An Uncharted Path
Soon, Cal is running towards the extraction plant, and we get a taste of the game’s sense of movement. Cal can wall-run and, thanks to a Force power, double-jump. Fallen Order seems to rely on level design to suggest your path — there are no obvious checkpoints or objective markers. BD-1 can project a map of the area to help you get your bearings, but that’s about it.
Based on what we see in the demo, that’s no problem. There’s a real sense of the Tomb Raider series as Cal explores Kashyyyk. The ideal path forward is always clear, even as it’s easy to see that some alternate routes and hidden explorable areas are likely just out of reach. And when you see a bunch of stormtroopers engaged in a firefight with Saw’s forces, or literally trying to burn out a couple of giant spider-like Wyyyschokks, obviously that’s where you’re going to run.
Going on Offense
We’ve heard game director Stig Asmussen describe Fallen Order as “thoughtful combat.” While we haven’t taken Cal for a spin ourselves — so we don’t know how the combat and Force powers actually feel — it’s not difficult to see what he means. The game doesn’t rely on a patterned combo system. Rather, it’s all moves and counters, for a series of attacks, blocks and parries. Spamming a squad with big lightsaber slashes might look good for a couple seconds, but even basic troopers might also be able to knock Cal on his back. They’re terrible shots, but these Stormtroopers aren’t mere cannon fodder. That said, if you knock a trooper on his back, you can then skewer him with the lightsaber.
This isn’t a stealth game, exactly, but the element of surprise is useful, and some of the best fun might be found by using the Force to throw unaware enemies out of your path in creative ways. Using the Force is even a part of basic exploration, as Cal can traverse some areas by Force-pulling vines to swing on.
There are a few different meters on screen at any given point. Cal’s health and Force level are obvious, and there’s also something that looks almost like a block or stagger meter. We saw these in action when Cal comes up against a Purge Trooper, who is armed with a double-ended energy weapon and has been trained to track remaining Jedi. Based on Cal’s level in the demo it’s not an easy battle, but the Purge Trooper doesn’t present too difficult an obstacle, especially if players balance Cal’s available meter energy.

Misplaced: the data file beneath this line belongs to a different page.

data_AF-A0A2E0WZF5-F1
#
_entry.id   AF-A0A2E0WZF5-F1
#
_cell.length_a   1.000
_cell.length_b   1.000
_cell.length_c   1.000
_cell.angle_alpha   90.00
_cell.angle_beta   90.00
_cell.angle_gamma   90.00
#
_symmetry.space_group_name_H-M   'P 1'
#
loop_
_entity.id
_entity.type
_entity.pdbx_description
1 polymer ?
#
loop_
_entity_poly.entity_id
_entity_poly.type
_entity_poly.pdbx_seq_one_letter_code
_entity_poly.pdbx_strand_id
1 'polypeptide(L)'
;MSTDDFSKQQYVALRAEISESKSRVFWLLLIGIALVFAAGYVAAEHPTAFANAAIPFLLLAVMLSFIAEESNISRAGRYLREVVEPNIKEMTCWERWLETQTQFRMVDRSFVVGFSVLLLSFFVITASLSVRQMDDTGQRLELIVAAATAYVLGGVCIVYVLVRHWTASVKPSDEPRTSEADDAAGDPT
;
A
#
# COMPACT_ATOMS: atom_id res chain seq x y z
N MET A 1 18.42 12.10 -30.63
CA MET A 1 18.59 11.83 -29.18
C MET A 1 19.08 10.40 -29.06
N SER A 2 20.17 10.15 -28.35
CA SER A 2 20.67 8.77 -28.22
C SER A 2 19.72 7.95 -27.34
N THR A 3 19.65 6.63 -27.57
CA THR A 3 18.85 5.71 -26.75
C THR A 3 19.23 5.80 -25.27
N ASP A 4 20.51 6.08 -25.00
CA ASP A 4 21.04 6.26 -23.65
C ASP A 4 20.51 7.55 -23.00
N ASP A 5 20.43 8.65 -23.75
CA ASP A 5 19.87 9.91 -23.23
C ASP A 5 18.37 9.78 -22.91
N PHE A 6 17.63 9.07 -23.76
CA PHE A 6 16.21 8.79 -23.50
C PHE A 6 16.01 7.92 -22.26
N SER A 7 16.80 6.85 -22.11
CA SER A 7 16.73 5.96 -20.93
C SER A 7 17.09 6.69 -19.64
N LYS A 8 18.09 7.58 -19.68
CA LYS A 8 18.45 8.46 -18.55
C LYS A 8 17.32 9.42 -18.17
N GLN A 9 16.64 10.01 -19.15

Meditate on Your Skills
At a couple points during the demo we saw notifications that Cal has earned a new skill point. While we haven’t seen much to document the skill tree, at one point in the longer playthrough Cal finds a glowing spot where he’s able to meditate, taking him into what looked like a skill tree rendered as a sort of galactic map. The demo didn’t linger on that point, so we aren’t sure how the upgrade and skill unlock path works, and we don’t know if those meditation points will be required for upgrades.
Since the demo strolled through the Stinger Mantis just long enough to let us understand that it will serve as a home base and a transport around the galaxy, we’ll presume that upgrades and skill unlocks can also be conducted there.
The longer and shorter demo both end the same way: With Cal having found an imprisoned Wookiee. As he searches for a way to open the prison cell, a KX security droid (like K-2SO in Rogue One) attacks Cal from behind. This looks like a mini-boss, but it’s also the end of the demo.
The game’s references to “Rogue One: A Star Wars Story” help wrap some context around what we’ve seen of Fallen Order. There’s still a lot we don’t know about this game, but the half-hour we’ve seen already suggests that Respawn Entertainment is working to surprise even the most die-hard fans. Just as that film upended some of our assumptions and expectations about this galaxy, Fallen Order looks poised to have us look at lightsaber combat and Force powers in a new light.
See the rest of the story on Xbox Wire